20.‘But for us both, if ever it were good to agree, it is surely so at this present and before any irreparable accident be interposed.Whereby we should be compelled, besides the common, to bear you a particular eternal hatred, and you be deprived of the commodities we now offer you.
Let us be reconciled while matters stand undecided, and whilst you have gained reputation and our friendship, and we not suffered dishonour and but indifferent loss.And we shall not only ourselves prefer peace before war, but also give a cessation of their miseries to all the rest of the Grecians, who will acknowledge it rather from you than us.For they make war not knowing whether side begun;but if an end be made, which is now for the most part in your own hands, the thanks will be yours.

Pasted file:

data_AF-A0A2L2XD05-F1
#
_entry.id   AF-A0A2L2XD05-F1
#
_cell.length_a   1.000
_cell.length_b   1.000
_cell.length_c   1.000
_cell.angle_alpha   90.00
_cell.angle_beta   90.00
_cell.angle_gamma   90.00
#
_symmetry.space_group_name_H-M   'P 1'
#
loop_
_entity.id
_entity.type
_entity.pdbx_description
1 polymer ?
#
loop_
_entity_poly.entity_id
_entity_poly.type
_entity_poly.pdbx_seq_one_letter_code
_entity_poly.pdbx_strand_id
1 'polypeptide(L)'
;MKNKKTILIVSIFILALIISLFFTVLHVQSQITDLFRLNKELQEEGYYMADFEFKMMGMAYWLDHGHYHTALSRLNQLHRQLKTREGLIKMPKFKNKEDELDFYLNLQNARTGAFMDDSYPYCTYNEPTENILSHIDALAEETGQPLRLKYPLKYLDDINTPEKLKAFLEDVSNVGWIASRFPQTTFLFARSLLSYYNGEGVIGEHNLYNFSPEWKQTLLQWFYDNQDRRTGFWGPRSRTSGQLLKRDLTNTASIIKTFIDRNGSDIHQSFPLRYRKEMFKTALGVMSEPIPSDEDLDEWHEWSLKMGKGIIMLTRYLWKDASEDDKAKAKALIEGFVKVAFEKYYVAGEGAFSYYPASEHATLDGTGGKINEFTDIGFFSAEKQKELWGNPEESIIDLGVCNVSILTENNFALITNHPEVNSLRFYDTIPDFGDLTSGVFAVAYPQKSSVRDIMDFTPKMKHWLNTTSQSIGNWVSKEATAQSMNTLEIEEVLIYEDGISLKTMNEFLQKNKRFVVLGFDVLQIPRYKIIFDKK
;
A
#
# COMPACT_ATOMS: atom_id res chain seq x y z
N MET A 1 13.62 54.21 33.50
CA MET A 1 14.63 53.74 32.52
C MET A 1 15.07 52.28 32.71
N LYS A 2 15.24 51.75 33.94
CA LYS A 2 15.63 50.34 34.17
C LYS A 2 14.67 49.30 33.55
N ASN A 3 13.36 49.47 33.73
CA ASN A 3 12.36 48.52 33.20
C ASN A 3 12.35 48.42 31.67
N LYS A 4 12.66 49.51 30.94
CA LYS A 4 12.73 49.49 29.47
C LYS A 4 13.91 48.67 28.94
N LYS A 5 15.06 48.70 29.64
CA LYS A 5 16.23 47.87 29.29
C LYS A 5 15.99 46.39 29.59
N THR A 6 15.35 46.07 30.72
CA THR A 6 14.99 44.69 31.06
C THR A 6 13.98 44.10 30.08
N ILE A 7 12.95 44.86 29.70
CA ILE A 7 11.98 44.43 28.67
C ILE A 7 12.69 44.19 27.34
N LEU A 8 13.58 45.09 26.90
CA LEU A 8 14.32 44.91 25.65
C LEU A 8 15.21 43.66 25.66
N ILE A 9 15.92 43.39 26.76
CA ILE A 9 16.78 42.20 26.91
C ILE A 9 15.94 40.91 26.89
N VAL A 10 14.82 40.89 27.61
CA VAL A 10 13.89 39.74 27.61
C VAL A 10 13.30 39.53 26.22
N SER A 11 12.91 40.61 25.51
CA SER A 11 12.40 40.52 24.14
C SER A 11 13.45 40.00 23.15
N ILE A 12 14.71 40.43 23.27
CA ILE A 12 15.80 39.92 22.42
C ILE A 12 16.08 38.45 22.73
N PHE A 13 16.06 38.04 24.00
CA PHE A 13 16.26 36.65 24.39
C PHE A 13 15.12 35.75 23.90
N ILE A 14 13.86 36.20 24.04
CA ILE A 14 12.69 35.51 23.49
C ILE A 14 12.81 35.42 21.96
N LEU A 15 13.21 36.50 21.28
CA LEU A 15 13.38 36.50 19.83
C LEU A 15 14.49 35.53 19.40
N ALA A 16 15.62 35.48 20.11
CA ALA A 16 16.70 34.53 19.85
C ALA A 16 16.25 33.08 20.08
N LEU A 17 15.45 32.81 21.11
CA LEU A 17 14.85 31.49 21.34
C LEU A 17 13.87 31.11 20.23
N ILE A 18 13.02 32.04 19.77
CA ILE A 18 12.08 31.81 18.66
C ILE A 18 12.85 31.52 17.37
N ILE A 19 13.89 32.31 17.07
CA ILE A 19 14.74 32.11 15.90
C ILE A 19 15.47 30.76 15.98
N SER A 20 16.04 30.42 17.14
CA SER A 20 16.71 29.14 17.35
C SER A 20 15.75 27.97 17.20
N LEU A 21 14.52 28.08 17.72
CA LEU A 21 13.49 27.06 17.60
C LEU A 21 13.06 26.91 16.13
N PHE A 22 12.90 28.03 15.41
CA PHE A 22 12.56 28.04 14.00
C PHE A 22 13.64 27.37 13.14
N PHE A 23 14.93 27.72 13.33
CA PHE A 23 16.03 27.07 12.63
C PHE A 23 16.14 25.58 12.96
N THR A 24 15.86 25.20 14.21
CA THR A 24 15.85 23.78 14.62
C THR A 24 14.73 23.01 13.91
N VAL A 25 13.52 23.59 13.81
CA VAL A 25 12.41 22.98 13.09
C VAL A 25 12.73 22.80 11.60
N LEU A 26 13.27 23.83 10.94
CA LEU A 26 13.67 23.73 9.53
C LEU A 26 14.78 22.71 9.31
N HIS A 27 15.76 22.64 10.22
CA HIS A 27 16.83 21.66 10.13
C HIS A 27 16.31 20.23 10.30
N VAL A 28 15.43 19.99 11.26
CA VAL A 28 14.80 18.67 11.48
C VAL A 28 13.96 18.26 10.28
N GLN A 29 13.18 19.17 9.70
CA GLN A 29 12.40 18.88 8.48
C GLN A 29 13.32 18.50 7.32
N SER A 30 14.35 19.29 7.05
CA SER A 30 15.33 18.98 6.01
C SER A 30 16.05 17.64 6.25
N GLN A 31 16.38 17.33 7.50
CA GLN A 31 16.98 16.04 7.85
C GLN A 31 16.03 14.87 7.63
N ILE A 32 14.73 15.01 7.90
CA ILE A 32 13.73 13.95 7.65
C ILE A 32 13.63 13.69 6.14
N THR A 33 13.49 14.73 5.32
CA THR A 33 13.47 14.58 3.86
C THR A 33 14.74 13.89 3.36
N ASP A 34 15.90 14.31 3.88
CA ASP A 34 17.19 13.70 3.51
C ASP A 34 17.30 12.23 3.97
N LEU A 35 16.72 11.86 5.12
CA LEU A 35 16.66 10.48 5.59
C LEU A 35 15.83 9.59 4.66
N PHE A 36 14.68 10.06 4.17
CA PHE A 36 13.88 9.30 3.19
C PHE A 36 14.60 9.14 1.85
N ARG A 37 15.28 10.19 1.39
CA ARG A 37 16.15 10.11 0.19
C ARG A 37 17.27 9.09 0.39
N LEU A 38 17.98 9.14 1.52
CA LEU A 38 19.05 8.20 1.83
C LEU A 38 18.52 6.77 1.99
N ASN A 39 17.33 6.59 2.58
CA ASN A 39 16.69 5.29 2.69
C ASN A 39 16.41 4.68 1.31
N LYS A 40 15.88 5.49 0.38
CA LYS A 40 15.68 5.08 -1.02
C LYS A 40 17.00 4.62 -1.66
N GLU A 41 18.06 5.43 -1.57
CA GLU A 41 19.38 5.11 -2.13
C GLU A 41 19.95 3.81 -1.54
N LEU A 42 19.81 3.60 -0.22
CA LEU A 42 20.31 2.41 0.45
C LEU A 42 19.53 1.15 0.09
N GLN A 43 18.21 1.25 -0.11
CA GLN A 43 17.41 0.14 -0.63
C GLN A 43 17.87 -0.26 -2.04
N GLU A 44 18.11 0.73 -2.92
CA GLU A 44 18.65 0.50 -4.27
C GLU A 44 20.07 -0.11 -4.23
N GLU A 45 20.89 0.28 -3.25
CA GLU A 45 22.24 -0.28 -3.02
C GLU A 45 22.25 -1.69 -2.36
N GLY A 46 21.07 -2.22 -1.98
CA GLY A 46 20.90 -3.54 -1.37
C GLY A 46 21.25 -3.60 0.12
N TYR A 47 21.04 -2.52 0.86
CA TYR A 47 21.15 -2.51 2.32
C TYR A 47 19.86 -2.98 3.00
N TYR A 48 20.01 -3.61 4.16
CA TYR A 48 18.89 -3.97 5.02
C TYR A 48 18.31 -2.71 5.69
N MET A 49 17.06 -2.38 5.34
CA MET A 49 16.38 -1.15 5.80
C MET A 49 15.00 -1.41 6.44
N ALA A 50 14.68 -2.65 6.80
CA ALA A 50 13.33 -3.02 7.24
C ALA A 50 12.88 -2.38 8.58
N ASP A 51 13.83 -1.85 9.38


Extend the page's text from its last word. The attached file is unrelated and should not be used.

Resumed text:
And by decreeing the peace, you may make the Lacedaemonians your sure friends, inasmuch as they call you to it and are therein not forced but gratified.
Wherein consider how many commodities are like to ensue.For if we and you go one way, you know the rest of Greece, being inferior to us, will honour us in the highest degree.’
The English works of Thomas Hobbes of Malmesbury. Thucydides. Thomas Hobbes. translator. London. Bohn. 1843.
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